The study explained that current conventional therapies for Alzheimer's produce only "modest" results, "cause numerous side effects, and do not modify disease progression."
Echoing but adding detail to the Mayo Clinic citation above, the study explained that current therapies for Alzheimer's produce only "modest" results, "cause numerous side effects, and do not modify disease progression." These poor outcomes derived from conventional treatments and pharmaceutical drugs motivated the study's authors to declare that novel therapies for Alzheimer's disease (AD) are necessary and that cannabinoids from hemp and cannabis may play a positive role in achieving this goal.
Role of the ECS in Alzheimer's
The study's authors noted the role of the human endocannabinoid system in AD and that it is a logical target given its prominent role in a wide variety of human bodily functions, including "cognition (e.g., learning, memory), anxiety, neurogenesis, pain sensation, immune signaling, and inflammation."
The scientists found that the ECS becomes altered and "upregulated" in AD patients, mostly so it can deal with inflammation and other problems that this common disease causes in the brain.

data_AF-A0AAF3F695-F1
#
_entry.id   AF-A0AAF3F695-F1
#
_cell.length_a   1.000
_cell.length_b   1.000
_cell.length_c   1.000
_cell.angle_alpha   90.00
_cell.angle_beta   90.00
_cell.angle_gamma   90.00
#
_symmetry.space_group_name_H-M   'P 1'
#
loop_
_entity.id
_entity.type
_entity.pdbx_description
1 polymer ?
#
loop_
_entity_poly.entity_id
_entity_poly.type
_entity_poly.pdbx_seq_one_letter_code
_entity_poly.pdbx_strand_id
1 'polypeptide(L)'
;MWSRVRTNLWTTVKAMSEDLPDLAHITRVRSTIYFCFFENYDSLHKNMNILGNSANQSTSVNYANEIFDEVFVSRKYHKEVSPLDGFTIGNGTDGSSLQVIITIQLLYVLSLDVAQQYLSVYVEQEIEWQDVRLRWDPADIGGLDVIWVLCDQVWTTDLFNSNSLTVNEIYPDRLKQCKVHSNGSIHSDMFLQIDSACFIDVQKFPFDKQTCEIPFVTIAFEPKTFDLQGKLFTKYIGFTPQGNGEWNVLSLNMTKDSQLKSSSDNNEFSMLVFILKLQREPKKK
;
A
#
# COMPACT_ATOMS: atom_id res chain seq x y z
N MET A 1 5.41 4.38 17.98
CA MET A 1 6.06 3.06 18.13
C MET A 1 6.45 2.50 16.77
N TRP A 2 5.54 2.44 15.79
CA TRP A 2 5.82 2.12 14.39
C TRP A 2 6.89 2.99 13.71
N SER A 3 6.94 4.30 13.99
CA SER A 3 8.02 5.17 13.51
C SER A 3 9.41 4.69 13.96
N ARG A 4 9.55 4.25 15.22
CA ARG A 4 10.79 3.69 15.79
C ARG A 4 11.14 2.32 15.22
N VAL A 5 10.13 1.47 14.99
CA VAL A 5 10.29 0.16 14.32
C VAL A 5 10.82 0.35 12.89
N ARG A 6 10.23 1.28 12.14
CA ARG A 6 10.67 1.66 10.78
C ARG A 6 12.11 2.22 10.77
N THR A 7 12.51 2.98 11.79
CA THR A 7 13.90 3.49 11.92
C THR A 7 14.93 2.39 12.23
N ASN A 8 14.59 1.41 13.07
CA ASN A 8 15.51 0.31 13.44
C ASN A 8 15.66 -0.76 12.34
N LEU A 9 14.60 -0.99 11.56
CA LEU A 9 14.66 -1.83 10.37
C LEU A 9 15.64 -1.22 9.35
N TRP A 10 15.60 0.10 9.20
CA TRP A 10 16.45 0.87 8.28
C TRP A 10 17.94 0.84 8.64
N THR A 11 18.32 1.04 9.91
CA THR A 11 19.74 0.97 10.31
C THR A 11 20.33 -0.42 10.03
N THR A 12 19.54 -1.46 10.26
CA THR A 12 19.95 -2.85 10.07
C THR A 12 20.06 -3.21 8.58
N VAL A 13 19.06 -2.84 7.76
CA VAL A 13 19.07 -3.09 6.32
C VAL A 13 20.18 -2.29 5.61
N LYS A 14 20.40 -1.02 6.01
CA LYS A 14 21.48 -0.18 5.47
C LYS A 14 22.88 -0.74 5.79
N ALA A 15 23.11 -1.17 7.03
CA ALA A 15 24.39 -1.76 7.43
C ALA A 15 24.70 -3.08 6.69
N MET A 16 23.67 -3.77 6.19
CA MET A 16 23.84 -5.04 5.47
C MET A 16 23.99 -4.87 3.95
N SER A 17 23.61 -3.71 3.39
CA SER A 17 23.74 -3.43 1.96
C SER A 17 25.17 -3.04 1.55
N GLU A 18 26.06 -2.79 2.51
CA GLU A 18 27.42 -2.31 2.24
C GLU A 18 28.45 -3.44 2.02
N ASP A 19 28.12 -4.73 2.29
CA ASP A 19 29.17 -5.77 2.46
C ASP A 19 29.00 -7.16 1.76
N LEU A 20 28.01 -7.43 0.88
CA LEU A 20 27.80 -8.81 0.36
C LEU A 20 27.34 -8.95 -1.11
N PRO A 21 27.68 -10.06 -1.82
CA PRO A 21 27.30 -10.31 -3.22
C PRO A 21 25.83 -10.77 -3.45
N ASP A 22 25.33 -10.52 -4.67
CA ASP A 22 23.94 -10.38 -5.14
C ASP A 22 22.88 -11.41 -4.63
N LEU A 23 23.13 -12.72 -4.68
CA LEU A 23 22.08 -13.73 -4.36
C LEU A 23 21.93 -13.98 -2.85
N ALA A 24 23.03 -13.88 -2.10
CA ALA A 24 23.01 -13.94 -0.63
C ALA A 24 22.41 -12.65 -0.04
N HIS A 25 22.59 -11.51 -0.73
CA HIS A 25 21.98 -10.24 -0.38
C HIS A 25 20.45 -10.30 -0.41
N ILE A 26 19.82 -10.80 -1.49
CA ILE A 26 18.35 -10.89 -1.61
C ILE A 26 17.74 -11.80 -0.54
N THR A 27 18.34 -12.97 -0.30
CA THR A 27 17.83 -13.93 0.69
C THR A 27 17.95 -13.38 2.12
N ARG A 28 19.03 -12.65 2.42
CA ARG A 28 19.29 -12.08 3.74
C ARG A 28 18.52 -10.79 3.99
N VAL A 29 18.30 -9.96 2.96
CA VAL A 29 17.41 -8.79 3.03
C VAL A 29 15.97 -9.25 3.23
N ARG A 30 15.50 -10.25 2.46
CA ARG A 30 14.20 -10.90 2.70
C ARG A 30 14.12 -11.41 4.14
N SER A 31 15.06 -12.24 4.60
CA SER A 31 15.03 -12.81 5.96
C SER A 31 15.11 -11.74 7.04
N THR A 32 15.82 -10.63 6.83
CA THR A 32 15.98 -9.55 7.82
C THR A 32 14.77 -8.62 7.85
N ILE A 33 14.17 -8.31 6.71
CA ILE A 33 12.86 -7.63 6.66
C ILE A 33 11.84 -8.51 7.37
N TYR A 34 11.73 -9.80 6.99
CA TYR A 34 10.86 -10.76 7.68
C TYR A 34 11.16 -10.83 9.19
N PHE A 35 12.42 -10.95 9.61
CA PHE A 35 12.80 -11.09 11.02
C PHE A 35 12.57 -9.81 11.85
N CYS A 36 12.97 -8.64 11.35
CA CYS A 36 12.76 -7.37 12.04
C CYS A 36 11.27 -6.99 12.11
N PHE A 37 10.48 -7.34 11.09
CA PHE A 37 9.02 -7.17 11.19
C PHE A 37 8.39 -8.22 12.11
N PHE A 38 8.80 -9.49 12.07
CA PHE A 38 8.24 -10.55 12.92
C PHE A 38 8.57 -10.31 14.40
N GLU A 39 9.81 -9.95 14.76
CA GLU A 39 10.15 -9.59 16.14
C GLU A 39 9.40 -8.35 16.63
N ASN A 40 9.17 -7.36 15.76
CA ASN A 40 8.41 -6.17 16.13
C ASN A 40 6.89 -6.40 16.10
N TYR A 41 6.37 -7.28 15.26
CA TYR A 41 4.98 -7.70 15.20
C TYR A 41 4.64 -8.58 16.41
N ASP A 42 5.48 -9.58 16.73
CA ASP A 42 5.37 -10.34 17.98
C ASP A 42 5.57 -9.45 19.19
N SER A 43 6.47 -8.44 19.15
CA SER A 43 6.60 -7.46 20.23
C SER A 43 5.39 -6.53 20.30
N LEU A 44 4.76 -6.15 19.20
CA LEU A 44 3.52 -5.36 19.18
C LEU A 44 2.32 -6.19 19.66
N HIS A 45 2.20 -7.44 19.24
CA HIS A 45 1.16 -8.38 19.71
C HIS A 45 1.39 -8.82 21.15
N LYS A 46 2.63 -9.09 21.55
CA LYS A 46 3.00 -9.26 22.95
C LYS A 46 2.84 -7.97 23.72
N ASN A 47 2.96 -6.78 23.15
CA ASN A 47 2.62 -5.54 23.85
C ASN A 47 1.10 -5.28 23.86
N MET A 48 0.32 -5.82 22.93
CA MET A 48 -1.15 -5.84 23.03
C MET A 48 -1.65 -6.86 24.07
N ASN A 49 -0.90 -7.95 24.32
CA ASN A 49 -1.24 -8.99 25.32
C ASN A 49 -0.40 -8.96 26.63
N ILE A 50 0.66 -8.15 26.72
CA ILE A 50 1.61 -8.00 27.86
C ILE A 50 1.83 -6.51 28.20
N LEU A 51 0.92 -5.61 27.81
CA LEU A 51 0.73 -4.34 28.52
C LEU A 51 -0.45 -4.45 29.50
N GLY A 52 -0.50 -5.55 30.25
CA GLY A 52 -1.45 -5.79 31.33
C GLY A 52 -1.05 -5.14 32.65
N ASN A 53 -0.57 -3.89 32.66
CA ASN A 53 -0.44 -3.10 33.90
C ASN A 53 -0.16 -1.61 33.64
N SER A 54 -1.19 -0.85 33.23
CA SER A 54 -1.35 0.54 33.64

CBD & THC Good for Alzheimer's
"Phytocannabinoids, including cannabidiol (CBD) and Δ9-tetrahydrocannabinol (THC), have gained attention as a potential therapeutic strategy for dementia, including AD," reported the study. It noted that both CBD and THC "modulate the ECS" and sometimes deliver "neuroprotective, anti-inflammatory, and antioxidant" benefits.
Emerging evidence also suggests that these cannabinoids may prevent the accumulation of the plaques in the brain that lead to cognitive decline in diseases involving neurodegeneration, including AD.
"Evidence suggests that cannabinoids [like CBD, and THC] may prevent the accumulation of the plaques in the brain that lead to cognitive decline in diseases like AD."
The researchers found that CBD, depending on dose, can reduce neuroinflammation and prevent learning deficits. "THC has been found to inhibit several AD-related pathologies," including improvement of cognitive performance (with low dose treatments) and better "learning and memory." The study also found that, in a rodent study, THC "reversed age-associated cognitive impairments."
A mouse study revealed that THC "restored cognitive function." However, the scientists observed that "THC-only treatments are not an ideal...strategy for improving cognition in AD" and that the addition of other cannabinoids, such as CBD, provides the best improvement of AD symptoms.
Image courtesy Leafwize Naturals
In addition, the study reported that THC, particularly potent doses (identified as 10 mg or more by the researchers), may lead to "adverse effects," including "psychoactivity, dizziness, disorientation, and anxiety."
Tolerance Effects + CBD Buffer THC